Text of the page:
Letting Go

There is still so much that I don’t know, but what I do know is that I have to move forward one step at a time, letting go of control and trusting God with what I do not know.

I took some time this week to go back and read some of my posts here since I started writing almost four years ago.

Time has indeed healed a lot.

God has kept me from drowning in grief.

After reading several things I’ve written, I recognized a common thread. Almost every post has been an effort to process the abuse and manipulation that I succumbed to and understand how it happened. I have struggled to get to the root of the problem and how to prevent it from happening again.

On a side note, I recently did an Enneagram personality test and discovered that I am a 5, also called The Investigator. I laughed inside a little when I read it, because my husband has been calling me this for years. I do not like not knowing, and I will keep digging and asking until I figure things out. Sometimes it’s helpful, however sometimes I struggle to let go of what I do not understand. I become obsessive, get frustrated and disillusioned when I am powerless to get the answer I am looking for. That’s when I start to wrestle with God. Often times what results is a blog post.

I believe as I have written here, not only have I recognized some core issues of my own that made me vulnerable to being abused, but I have also seen some problems in the church and it’s pastors that have made these institutions ripe for abuse. However, I still do not know my former pastor’s heart and if he intentionally set out to abuse me. Only God knows.

I wish I could understand and know everything that caused the spiritual abuse to happen. I wish I could solve the problem and find a way to prevent it from happening to anyone ever again. It is truly one of the most most harmful things that can happen to a person. When our souls are attacked, so much of our identity and hope is, too.

A couple of days ago, I listened to a seminar by Richard Rohr called Emotional Sobriety, and realized a big part of healing that needs to occur in my own heart is learning to let go of the unanswered questions. To trust God with what I do not know. To begin to release these things that I have held onto in an effort to feel in control.

I took a big step of faith last week, I shared a recent blog post with the pastor and a female minister in the church. I received encouraging and affirming feedback from both of them. It helped a lot. They have suffered their own spiritual wounds in the church, too. Wounded healers are the only ones who can bring us relief.

Richard Rohr says,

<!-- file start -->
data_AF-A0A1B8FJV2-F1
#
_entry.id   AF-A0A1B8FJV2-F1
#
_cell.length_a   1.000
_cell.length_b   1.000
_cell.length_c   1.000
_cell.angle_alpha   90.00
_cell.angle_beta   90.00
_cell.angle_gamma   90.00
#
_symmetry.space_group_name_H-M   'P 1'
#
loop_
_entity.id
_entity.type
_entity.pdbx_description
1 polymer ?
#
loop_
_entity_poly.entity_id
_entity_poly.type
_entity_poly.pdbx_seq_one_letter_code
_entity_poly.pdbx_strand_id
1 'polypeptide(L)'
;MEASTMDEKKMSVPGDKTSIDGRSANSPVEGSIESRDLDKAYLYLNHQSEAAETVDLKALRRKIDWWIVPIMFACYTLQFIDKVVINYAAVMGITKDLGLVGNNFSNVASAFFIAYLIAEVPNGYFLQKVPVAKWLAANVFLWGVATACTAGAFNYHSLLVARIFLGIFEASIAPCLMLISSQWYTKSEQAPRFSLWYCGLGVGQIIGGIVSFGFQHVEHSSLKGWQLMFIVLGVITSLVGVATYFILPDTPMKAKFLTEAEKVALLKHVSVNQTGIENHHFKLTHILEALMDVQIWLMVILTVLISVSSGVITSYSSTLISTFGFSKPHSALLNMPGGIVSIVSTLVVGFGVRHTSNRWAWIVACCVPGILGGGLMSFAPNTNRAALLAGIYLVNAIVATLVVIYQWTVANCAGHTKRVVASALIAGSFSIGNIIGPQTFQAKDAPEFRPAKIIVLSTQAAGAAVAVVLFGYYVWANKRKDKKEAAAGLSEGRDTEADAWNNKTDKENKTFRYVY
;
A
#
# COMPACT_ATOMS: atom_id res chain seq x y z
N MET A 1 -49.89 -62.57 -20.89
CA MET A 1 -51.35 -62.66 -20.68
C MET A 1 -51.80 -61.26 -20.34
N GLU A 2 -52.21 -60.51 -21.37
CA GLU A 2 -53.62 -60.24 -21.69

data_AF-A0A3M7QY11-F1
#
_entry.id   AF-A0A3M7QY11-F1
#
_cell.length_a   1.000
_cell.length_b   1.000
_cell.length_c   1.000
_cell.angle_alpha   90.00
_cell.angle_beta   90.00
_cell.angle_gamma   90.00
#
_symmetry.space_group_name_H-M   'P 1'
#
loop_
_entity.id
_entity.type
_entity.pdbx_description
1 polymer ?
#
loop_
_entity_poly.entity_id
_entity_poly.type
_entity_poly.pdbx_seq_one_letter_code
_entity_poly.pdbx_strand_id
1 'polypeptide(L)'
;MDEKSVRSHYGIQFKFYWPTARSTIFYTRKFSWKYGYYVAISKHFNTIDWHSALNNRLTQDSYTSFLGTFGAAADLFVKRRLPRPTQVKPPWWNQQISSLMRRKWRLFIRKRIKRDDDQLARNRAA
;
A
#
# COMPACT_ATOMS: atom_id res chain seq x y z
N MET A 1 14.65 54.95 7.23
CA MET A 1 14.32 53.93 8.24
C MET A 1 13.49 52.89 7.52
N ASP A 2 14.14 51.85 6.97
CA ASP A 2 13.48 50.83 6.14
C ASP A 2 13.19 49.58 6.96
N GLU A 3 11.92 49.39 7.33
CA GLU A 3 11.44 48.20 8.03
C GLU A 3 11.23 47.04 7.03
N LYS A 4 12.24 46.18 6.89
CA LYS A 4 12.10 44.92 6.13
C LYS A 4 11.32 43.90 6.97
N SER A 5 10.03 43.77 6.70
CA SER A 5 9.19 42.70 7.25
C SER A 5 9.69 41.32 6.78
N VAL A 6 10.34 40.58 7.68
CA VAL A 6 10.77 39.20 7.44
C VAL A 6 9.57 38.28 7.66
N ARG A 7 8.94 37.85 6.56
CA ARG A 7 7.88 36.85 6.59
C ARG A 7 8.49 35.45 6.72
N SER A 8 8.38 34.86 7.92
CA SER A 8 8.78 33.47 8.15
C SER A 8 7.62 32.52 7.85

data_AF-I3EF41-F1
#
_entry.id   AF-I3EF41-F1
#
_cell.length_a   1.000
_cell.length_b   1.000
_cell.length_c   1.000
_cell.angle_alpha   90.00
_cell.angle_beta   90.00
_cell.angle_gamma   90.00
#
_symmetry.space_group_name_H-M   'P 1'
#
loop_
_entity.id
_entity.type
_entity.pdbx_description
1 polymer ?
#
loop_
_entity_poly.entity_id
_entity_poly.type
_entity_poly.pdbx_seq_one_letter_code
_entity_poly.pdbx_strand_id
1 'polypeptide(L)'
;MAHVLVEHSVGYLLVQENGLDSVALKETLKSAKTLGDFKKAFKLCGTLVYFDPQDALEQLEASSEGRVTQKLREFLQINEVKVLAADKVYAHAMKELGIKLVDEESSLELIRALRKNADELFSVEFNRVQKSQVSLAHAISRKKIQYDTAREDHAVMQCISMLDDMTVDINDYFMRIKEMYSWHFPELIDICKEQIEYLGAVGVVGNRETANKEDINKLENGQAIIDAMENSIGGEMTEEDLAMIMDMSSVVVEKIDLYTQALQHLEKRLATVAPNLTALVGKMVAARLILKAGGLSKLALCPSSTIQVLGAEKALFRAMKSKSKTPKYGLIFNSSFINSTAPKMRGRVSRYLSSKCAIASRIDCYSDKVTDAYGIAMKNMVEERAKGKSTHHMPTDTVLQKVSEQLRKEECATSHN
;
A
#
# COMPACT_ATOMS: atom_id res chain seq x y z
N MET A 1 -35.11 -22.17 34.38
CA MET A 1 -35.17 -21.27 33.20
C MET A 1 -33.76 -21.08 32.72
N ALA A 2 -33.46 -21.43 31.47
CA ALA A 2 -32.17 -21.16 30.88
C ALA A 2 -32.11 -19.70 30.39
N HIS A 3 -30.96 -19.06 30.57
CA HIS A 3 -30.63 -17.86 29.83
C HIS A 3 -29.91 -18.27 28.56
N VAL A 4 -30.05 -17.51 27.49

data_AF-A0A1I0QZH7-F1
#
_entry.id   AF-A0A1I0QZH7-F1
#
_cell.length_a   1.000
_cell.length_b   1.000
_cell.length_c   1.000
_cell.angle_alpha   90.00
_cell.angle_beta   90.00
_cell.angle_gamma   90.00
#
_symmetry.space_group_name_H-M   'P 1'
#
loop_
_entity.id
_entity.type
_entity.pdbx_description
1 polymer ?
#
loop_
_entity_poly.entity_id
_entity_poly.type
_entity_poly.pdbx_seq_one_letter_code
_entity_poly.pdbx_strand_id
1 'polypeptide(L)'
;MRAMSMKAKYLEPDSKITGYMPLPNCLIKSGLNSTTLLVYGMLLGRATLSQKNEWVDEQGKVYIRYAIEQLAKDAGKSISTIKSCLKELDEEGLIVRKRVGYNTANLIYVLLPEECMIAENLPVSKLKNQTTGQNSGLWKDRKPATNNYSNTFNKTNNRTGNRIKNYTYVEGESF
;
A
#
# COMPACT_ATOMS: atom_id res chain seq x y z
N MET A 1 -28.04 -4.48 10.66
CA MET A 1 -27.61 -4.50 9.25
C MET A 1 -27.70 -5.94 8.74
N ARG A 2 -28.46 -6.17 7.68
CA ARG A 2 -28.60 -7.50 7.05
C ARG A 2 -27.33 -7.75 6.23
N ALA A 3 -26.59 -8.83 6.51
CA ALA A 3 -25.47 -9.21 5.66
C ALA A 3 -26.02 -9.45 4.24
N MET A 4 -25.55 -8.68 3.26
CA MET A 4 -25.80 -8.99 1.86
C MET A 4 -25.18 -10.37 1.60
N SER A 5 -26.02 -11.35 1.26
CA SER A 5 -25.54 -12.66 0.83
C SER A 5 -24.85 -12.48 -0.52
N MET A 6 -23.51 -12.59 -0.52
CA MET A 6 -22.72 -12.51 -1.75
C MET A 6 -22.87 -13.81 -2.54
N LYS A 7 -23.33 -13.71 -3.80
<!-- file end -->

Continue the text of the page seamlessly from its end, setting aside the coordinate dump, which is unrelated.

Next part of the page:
When a person is on a serious inner journey to his or her own powerlessness and is also in immediate contact with the powerless men and women of the world, then community will result.

“Simplicity: The Freedom of Letting Go” by Richard Rohr

There is still so much that I don’t know, but what I do know is that I have to move forward one step at a time, letting go of control and trusting God with what I do not know.

It’s taken me a long time to get here, and I in no way imply that where I am is where others need to be. God works in our lives individually. He meets us where we are. Some spiritual abuse victims do not believe they will ever trust the church again. God will meet you, too, wherever you are. He is a good Father who loves us very much. His desire ultimately is for us is to find peace in knowing this.

Driving home the other day from coffee with a friend, a picture came to my mind of a boat coming to rest on the shore. I heard it scrub softly against the sand so clearly it was like I was sitting inside the boat. It was a strange thing to think about as I was traveling through the hilly countryside with the radio turned up loud, but somewhere deep inside it made me feel at peace. Maybe it means at least for a time that my soul has found rest from the stormy sea of confusion and doubt. Maybe it means I am finally learning to let go and trust God with what’s ahead.

If you don’t know what you’re doing, pray to the Father. He loves to help. You’ll get his help, and won’t be condescended to when you ask for it. Ask boldly, believingly, without a second thought. People who “worry their prayers” are like wind-whipped waves. Don’t think you’re going to get anything from the Master that way, adrift at sea, keeping all your options open.
James 1:5‭-‬8 MSG

Photo credit

Song for reflection:

I Won’t Let You Go by Switchfoot

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